AMD Fusion explained: do you need it?

Any new PC or laptop purchase means being confronted with devices adorned in shiny stickers. Search closely and you will spot a trend; most have a big Intel logo slapped on them. But there are a rebellious few that are adorned with the words AMD.

The processor underdog has long sat beneath Intel's crown, but now, with AMD Fusion and its clever APUs, it looks like they might just have something to take on the all powerful Sandy Bridge.

To the average shopper however, the decision between Intel and AMD is far from clear, most will opt for a logo they know, safe in the knowledge that if Intel works on a friends PC, it will work on theirs. But breaking from the Intel safe-house is by no means a bad move. AMD have some really great processors on offer with their A-series APUs. The problem is, what exactly do they do differently to Intel?

The Fusion APU explained

Perhaps best to start by explaining what exactly an APU, or Accelerated Processing Unit, is. Ever noticed all those boards and fans inside your computer? Well an APU shrinks most of that down and sticks it on a single chip. This means graphics and the majority of other computing tasks can all be managed from one single place. The result is a whole heap of benefits that make day to day computing much easier. Admittedly both AMD and Intel manufacture APUs, the difference is most associate Intel with the idea of CPUs, so they just didn't adopt the moniker. Both companies' processors make a significant difference to your computing capabilities. With AMD Fusion however there are a few that really stand out as useful.

Power

The first real benefit is laptop battery life. What AMD is calling "All Day" power essentially means 11 hours of idle battery, or about two and a half when the system is under very heavy load. AMD says that they get an extra hour over Intel options when putting laptops to the test. But until we really push a laptop through its paces and draw our own comparisons, we would take some of this with a pinch of salt. The bottom line is, a Fusion APU means longer times between laptop charges.

Vision

Video fans in particular will like this element of AMD's A-series processors. AMD has made things highly video-centric, meaning 1080p high definition playback is always smooth. YouTube video for example can be dealt with on-the-fly by the APU and subsequently smoothed out. Colour correction and one click video fixing is also very well supported by the processors. 

AMD has kept its nomenclature as simple as possible with the A-series processors. Doing away with GHz and all the other complexities of techie-speak, things simply go up in steps from an A4 to an A8. The bigger the number, the more computing grunt.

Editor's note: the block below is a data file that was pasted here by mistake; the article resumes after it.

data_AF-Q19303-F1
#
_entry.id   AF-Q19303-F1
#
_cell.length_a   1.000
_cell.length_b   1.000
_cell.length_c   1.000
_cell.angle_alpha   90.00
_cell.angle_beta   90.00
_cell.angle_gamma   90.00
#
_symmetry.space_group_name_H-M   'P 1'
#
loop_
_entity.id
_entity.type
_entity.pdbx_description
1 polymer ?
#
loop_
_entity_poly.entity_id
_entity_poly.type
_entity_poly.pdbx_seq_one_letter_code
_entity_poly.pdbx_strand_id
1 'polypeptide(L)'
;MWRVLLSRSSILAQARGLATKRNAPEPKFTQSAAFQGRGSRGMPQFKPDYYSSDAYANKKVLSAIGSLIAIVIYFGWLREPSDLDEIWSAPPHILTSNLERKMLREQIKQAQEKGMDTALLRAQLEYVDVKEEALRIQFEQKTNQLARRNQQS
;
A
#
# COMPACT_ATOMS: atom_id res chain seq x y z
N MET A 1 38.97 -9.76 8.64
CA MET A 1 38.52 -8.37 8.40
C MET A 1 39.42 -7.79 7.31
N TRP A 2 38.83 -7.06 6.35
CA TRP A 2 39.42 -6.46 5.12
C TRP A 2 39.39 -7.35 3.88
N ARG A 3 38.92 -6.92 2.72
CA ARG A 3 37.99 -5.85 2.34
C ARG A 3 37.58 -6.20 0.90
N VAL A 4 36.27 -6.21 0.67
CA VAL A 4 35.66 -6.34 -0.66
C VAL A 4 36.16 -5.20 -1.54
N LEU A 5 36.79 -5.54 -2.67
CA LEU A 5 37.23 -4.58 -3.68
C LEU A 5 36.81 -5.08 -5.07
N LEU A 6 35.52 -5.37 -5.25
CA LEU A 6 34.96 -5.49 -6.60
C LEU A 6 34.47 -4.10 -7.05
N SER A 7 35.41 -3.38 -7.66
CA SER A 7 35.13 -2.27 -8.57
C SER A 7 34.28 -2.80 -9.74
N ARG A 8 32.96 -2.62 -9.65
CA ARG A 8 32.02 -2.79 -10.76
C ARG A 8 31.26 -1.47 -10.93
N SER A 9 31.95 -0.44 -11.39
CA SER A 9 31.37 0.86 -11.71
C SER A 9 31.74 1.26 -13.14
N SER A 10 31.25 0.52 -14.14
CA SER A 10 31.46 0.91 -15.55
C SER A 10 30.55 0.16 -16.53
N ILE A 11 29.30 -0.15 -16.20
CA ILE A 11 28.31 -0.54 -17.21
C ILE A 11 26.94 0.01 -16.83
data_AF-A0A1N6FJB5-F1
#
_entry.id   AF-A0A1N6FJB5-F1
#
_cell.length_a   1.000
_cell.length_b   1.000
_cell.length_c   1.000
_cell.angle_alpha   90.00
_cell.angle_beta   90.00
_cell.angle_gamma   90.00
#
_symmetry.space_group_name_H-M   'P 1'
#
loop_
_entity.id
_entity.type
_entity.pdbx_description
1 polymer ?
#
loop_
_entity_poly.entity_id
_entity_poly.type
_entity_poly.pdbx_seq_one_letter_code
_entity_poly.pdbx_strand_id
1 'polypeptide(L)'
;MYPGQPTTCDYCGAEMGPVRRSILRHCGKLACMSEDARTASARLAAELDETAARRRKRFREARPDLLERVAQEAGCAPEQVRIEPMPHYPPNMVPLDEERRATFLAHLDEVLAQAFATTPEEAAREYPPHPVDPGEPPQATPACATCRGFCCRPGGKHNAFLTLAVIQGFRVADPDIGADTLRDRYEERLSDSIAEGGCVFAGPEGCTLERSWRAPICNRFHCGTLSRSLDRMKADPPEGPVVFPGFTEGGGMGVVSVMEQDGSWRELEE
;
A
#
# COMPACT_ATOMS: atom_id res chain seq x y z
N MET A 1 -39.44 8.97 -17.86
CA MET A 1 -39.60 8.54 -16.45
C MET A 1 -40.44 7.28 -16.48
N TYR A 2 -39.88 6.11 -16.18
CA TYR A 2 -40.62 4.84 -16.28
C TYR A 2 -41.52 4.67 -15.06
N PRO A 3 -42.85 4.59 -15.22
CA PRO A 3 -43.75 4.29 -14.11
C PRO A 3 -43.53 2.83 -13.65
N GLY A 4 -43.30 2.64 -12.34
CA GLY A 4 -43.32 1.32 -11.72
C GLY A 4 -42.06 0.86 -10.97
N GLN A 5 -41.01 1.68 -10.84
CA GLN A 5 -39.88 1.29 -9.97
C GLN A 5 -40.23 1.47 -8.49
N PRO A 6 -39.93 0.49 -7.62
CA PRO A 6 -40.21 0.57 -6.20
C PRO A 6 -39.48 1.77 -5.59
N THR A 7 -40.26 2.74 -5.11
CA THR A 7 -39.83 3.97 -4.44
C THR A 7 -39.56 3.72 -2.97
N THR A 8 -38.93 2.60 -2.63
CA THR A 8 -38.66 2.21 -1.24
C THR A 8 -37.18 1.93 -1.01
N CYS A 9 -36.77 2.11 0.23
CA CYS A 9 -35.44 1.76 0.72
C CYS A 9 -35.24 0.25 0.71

Gaming

Those computers or laptops with numbers high up AMDs A-scale should be more than capable of running the latest games. AMD are well known for their gaming fan club and it looks like they haven't disappointed with their Fusion setup. The A8 in particular is mightily powerful.

At a recent AMD event we got a chance to put a few laptops boasting the top of the line processor through their paces. Particularly impressive was their ability to run demanding games like that of Dirt 3 at full 1080p resolution with no slow down whatsoever. This means those who fancy a bit of gaming, but don't wan't the complexities involved in choosing a powerful gaming rig, should look to the A8 for a simple solution.

That said, opting for an Nvidia and Intel setup, whilst being more complicated and possibly more expensive, will get you the best top of the line gaming experience.

So should I buy one?

We recently spoke to Lesley Sobon, AMD's vice president of product and platform marketing, about exactly what Fusion means for the company, to try and get a better idea if it's worth picking one up.

It looks like AMD is desperate to simplify the computer purchasing experience as much as possible.

"If you wan't basic browsing, HD, you watch video online, here you go, pick an A4," said Sobon.

The problem is, most that pick up a computer for precisely those reasons will find it has an Intel processor already stuck in it.

Ultimately the choice between the two at an affordable consumer level will make relatively little difference. It's the things you won't initially notice that might be enough to sway you in AMDs direction. Perhaps one day you'll get that extra hour of battery and be glad you chose a Fusion setup. You might even be editing video or watching a movie and notice things look extra nice.

In the end, though, the decision is up to you. Personally what we think should sway it is what else the laptop has to offer. In a computer market, where just about everything has more than enough power for day to day tasks, it should be things like size, colour and build quality that force that final decision.

Simple question..AMD or Intel? Comments below..